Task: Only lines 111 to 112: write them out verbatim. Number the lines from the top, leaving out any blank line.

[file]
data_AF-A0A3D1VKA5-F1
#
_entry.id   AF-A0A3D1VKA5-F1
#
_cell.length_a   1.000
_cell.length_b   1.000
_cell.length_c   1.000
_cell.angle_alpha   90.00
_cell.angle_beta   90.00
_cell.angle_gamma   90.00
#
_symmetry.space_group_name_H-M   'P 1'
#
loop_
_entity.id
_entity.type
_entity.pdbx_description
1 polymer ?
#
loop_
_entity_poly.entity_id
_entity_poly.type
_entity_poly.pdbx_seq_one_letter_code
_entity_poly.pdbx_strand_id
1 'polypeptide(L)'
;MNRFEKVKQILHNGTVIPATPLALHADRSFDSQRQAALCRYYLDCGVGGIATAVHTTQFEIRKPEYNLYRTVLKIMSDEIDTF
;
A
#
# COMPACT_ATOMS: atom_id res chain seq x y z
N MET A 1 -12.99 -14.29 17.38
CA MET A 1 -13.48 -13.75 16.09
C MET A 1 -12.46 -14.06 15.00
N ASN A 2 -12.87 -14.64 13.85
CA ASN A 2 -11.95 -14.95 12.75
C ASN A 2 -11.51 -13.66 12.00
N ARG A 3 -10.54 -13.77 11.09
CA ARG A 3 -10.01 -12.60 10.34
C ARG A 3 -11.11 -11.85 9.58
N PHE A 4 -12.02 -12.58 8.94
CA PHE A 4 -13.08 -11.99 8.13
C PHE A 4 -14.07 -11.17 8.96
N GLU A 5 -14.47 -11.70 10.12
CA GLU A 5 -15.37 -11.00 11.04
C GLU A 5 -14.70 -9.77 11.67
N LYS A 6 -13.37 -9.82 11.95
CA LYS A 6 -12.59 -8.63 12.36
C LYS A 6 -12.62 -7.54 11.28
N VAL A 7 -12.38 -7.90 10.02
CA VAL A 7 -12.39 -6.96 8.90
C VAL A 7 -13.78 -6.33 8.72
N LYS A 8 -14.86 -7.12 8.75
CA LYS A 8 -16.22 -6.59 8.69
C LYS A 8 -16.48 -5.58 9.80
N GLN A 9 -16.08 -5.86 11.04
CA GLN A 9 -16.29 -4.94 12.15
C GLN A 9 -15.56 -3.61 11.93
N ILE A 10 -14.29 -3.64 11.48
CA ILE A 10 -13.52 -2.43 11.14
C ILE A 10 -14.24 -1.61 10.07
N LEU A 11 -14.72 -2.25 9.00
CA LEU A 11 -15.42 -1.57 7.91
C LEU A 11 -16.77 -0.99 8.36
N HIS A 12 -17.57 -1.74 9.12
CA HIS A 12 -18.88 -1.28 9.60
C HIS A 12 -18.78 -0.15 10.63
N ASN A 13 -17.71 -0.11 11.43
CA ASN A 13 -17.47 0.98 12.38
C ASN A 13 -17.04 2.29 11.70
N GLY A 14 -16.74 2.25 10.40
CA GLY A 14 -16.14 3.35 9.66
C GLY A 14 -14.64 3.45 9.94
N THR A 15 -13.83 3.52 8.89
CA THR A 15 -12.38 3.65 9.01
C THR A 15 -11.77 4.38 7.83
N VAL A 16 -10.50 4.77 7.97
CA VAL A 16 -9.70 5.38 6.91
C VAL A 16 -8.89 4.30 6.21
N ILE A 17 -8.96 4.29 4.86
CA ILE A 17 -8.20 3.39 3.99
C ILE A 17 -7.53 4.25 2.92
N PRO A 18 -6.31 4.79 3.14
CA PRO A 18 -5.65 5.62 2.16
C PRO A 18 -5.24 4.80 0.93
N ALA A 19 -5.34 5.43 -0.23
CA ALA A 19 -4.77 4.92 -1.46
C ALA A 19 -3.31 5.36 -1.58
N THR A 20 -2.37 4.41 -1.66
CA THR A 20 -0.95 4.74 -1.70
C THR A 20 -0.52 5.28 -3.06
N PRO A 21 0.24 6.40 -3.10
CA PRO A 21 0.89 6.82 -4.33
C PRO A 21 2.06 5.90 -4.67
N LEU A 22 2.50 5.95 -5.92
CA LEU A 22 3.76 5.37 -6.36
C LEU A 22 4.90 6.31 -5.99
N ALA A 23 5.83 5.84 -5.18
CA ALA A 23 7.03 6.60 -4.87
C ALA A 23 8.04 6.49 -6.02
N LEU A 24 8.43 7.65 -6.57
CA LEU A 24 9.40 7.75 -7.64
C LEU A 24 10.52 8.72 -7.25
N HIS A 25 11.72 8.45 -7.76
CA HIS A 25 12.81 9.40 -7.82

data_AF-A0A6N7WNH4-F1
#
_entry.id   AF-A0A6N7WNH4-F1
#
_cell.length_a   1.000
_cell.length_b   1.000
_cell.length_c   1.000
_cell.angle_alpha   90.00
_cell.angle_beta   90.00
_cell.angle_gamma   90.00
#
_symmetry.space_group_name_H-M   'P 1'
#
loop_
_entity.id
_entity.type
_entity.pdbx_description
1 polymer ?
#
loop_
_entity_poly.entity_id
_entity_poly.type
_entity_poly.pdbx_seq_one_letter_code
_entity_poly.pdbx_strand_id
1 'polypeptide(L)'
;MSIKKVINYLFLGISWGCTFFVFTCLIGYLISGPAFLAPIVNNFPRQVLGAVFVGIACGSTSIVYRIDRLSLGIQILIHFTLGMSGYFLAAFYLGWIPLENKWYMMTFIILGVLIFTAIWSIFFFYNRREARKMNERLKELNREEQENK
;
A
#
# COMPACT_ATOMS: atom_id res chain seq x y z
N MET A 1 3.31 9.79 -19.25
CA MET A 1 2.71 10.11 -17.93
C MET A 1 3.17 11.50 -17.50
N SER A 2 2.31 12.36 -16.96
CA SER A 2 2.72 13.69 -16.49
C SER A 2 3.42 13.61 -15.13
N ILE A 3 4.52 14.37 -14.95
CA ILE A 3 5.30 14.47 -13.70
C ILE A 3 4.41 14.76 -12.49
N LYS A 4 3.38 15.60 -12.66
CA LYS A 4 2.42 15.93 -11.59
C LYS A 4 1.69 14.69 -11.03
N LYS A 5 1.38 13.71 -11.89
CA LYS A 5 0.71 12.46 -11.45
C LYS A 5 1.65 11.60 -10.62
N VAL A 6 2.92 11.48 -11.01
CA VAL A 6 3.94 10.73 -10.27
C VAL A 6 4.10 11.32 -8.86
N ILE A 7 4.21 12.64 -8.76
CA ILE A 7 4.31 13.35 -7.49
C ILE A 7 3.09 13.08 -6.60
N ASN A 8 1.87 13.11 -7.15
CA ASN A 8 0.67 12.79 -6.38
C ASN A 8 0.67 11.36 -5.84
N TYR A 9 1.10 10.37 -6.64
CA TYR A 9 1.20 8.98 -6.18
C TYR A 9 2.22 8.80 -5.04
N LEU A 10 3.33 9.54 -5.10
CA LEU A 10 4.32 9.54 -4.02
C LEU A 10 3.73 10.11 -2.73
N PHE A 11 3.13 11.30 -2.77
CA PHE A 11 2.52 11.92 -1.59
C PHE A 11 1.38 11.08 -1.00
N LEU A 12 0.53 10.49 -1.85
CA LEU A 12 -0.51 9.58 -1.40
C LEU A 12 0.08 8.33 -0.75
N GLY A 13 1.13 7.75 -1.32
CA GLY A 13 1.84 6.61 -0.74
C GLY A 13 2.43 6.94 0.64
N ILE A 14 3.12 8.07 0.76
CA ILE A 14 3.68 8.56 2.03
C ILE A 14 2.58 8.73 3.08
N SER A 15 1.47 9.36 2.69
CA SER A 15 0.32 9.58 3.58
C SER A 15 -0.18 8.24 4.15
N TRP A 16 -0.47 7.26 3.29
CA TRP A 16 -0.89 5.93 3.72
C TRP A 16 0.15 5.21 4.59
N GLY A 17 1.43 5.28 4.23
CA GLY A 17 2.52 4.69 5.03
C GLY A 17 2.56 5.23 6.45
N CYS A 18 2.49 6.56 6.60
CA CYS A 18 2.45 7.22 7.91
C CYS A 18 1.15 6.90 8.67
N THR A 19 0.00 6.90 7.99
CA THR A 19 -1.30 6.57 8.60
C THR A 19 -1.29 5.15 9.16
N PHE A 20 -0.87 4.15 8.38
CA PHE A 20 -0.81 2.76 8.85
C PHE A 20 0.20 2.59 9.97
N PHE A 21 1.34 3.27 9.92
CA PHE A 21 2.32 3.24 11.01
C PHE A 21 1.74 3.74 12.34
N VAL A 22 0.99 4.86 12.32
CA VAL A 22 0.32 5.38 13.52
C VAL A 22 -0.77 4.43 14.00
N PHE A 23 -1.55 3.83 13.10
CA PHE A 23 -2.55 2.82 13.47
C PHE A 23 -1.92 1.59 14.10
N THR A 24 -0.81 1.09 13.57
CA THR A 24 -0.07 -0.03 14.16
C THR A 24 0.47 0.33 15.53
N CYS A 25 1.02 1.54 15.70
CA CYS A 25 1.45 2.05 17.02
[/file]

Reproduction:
_cell.length_c   1.000
_cell.angle_alpha   90.00